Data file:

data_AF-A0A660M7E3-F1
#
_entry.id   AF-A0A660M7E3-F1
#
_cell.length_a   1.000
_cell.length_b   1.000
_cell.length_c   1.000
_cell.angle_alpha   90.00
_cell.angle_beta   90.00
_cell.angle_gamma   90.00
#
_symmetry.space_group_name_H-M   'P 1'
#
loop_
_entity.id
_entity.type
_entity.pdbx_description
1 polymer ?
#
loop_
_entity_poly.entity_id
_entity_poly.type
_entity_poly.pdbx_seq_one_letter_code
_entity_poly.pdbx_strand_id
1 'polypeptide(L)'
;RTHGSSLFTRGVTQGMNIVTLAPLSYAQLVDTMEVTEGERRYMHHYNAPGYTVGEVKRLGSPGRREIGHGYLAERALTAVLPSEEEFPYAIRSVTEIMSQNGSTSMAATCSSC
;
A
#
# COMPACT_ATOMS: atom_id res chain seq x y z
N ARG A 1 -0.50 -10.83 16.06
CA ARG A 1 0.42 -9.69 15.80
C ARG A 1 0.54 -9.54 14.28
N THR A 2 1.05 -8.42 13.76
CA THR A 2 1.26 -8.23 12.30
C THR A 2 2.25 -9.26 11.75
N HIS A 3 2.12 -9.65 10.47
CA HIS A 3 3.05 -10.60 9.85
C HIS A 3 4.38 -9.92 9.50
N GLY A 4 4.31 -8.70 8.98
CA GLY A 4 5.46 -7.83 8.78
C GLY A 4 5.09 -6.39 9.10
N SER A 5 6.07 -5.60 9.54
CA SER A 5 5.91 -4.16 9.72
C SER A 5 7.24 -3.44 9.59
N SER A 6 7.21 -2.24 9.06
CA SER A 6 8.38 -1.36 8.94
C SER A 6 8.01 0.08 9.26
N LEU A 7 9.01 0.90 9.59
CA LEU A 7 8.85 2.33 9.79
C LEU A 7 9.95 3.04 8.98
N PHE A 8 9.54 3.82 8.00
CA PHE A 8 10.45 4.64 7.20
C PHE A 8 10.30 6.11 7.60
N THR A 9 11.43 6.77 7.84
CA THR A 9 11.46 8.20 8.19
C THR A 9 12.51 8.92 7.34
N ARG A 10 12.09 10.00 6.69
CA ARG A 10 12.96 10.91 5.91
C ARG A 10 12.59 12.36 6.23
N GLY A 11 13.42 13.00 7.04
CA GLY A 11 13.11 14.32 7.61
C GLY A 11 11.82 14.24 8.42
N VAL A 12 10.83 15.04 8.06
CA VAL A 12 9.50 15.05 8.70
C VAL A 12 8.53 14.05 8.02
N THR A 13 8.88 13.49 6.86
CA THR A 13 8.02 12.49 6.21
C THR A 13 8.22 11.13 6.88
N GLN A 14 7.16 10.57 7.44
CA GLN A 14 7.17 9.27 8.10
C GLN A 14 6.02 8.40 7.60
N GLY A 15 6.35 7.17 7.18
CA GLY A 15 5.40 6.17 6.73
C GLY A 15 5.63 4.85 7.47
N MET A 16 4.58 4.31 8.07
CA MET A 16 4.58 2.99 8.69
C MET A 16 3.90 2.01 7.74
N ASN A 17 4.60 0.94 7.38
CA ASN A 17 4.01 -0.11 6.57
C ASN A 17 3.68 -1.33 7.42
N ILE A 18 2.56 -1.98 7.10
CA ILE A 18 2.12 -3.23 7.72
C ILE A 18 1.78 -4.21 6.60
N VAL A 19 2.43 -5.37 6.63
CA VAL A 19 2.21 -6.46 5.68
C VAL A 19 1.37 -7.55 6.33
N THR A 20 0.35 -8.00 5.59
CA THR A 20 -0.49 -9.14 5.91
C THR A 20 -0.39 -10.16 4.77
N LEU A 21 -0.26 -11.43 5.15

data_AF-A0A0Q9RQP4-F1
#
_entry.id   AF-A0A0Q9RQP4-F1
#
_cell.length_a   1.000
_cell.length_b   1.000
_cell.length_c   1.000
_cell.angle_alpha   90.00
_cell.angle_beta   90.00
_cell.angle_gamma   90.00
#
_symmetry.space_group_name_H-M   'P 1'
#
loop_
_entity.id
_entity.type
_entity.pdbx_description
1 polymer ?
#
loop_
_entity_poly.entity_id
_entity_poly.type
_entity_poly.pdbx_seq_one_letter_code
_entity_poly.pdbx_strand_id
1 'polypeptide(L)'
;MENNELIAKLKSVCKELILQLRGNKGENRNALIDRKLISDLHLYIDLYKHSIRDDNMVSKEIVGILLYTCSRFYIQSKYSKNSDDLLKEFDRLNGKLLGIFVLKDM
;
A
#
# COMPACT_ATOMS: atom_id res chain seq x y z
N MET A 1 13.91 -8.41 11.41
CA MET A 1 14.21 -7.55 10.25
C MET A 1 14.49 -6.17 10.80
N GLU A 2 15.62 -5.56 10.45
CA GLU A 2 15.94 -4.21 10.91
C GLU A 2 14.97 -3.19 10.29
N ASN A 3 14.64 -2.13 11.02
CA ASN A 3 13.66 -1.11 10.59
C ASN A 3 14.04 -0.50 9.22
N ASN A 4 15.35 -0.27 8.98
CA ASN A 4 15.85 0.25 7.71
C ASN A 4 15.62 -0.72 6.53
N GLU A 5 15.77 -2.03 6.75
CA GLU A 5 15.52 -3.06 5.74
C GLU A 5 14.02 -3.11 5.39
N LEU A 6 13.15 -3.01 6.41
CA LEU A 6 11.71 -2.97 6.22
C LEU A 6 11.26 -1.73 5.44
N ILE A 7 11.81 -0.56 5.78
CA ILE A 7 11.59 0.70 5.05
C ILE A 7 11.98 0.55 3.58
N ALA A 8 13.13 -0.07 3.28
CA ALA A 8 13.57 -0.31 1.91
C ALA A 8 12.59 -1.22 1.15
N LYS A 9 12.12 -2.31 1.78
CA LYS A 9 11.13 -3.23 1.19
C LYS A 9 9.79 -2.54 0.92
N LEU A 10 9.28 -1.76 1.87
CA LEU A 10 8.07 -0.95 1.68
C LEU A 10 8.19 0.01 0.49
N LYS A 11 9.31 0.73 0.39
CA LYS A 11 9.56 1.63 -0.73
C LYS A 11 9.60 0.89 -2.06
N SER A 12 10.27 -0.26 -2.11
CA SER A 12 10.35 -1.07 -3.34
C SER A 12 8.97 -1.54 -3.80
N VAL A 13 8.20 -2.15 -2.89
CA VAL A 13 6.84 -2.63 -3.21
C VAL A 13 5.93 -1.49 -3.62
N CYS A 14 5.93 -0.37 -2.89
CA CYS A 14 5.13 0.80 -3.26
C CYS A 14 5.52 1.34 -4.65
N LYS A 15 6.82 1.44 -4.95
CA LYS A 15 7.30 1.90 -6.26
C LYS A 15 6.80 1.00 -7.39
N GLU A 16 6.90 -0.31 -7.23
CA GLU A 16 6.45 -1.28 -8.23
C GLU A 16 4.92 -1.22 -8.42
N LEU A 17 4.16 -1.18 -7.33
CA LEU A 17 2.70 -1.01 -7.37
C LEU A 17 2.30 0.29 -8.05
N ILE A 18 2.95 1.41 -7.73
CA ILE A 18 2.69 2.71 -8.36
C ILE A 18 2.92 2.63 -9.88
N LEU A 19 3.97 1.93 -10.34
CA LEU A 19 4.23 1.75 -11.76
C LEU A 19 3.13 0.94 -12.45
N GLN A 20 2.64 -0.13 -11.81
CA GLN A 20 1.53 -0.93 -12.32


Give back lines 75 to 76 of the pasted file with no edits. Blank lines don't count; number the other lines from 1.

C GLY A 15 5.63 4.85 7.47
N MET A 16 4.58 4.31 8.07